Facebook turned on its “Safety Check” feature following the devastating mass shooting in Orlando, this was the first time the tool was ever used on the US soil.
The feature, which allows users to mark themselves as safe in an emergency situation, was activated on Sunday as more than half of the victims’ families were still trying to pinpoint their loved ones’ whereabouts.
The feature was developed by Facebook engineers, inspired by people’s use of social media to connect with friends and family in the wake of the 2011 Tohoku earthquake and tsunami. Originally named the Disaster Message Board, it was renamed to “Safety Check” prior to release. It was introduced on October 15, 2014. Its first major deployment was on Saturday, April 25, 2015 after the 2015 Nepal earthquake.
The first time Facebook activated the feature for a violent attack (or any non-natural disaster) was the Paris shooting in 2015. Since then this platform has gained traction and has been used globally in times of crisis to connect with loved ones.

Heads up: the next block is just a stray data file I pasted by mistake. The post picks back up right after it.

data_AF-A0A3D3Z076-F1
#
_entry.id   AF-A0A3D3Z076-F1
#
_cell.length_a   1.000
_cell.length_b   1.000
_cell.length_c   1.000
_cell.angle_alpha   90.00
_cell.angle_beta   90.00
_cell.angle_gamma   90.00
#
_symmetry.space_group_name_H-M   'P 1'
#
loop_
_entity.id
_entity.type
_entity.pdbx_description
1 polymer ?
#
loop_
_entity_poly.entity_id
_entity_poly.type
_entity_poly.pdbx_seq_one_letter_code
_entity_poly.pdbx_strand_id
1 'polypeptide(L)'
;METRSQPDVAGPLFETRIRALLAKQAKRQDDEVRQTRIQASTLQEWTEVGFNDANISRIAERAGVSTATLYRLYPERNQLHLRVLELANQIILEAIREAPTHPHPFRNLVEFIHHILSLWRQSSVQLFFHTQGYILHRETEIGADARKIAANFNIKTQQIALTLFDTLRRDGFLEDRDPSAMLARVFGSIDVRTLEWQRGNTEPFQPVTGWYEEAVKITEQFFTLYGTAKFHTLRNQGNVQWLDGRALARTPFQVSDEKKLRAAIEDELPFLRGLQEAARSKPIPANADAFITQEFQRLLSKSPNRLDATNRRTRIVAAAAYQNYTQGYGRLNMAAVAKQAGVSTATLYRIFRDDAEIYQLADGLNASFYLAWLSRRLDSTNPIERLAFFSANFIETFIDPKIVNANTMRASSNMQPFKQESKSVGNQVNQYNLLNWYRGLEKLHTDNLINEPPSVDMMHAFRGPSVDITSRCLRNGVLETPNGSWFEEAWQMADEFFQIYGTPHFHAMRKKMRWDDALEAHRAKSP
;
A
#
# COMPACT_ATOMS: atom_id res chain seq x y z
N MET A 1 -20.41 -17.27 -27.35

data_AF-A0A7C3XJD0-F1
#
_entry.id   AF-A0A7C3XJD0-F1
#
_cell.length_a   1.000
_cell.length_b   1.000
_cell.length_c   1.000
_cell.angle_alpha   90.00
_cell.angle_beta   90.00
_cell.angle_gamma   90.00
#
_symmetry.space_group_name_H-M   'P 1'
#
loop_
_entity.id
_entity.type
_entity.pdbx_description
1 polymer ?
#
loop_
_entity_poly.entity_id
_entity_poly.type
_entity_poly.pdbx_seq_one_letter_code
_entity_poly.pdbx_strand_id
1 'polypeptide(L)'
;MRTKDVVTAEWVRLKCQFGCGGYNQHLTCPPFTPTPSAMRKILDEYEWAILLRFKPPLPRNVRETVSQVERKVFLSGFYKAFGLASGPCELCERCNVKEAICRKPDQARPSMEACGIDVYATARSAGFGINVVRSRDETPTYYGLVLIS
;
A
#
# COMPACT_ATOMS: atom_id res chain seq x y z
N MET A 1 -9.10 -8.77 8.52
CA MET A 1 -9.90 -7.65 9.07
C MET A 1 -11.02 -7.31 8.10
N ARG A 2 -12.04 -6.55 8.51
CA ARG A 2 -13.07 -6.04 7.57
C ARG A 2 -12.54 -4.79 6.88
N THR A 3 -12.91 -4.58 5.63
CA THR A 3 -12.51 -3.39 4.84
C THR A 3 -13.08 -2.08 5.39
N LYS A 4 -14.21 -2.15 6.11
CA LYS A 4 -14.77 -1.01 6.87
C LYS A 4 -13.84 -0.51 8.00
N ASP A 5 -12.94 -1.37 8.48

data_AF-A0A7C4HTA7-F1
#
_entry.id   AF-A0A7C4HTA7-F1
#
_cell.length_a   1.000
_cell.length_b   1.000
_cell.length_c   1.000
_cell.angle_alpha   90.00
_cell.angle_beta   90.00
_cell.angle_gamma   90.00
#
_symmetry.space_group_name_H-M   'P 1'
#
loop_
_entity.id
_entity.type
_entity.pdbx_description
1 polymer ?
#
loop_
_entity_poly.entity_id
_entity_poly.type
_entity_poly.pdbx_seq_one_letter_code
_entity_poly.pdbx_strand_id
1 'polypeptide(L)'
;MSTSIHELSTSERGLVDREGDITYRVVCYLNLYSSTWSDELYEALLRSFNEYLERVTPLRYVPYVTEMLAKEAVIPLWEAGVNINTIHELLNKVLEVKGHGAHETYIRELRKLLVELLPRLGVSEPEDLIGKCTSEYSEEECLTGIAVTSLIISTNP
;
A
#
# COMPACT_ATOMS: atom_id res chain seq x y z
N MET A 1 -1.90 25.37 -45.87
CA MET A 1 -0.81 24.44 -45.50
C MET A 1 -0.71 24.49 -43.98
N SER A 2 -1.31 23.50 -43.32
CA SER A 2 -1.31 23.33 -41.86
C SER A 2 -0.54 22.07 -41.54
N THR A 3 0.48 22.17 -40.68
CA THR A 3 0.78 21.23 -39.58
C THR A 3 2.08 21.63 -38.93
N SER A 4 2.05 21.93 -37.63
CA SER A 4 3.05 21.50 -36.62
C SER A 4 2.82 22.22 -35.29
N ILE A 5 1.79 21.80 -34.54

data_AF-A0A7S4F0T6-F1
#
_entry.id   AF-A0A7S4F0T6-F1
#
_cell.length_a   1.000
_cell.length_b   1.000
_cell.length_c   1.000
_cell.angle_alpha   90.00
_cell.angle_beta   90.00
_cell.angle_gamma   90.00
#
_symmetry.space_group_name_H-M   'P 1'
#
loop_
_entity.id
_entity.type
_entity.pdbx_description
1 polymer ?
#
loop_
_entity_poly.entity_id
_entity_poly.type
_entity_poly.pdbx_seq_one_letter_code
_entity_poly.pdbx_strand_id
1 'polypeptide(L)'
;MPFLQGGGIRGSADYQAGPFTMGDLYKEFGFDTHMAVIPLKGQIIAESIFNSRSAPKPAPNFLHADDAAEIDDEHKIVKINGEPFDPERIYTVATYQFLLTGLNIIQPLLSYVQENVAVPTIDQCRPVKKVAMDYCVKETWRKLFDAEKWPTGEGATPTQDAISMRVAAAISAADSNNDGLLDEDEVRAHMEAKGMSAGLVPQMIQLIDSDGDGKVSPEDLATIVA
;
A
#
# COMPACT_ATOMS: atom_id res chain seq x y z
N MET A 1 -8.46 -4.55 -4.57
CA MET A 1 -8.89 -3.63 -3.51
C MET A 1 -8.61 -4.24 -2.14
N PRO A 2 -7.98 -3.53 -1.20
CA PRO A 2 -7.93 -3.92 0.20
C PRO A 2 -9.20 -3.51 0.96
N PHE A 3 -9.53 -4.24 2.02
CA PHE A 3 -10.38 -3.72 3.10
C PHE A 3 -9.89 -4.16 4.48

“Following the community-generated “Safety Check” activation this morning in Orlando, we have now activated Facebook-initiated “Safety Check” for a mass shooting at a nightclub there. We hope the people in the area find the tool a helpful way to let their friends and family know they are okay,” a spokeswoman for the social networking company said on Sunday.
Between January and May this year, Facebook activated “Safety Check” 17 times compared to 11 instances in the previous two years. The recent disasters for which the tool was activated included earthquakes in Ecuador, a wildfire in Alberta, Canada, a cyclone in Bangladesh and flooding and landslides in Sri Lanka.
This new feature is turning to be instrumental in times of crisis and disaster; we hope Facebook keeps on supporting it.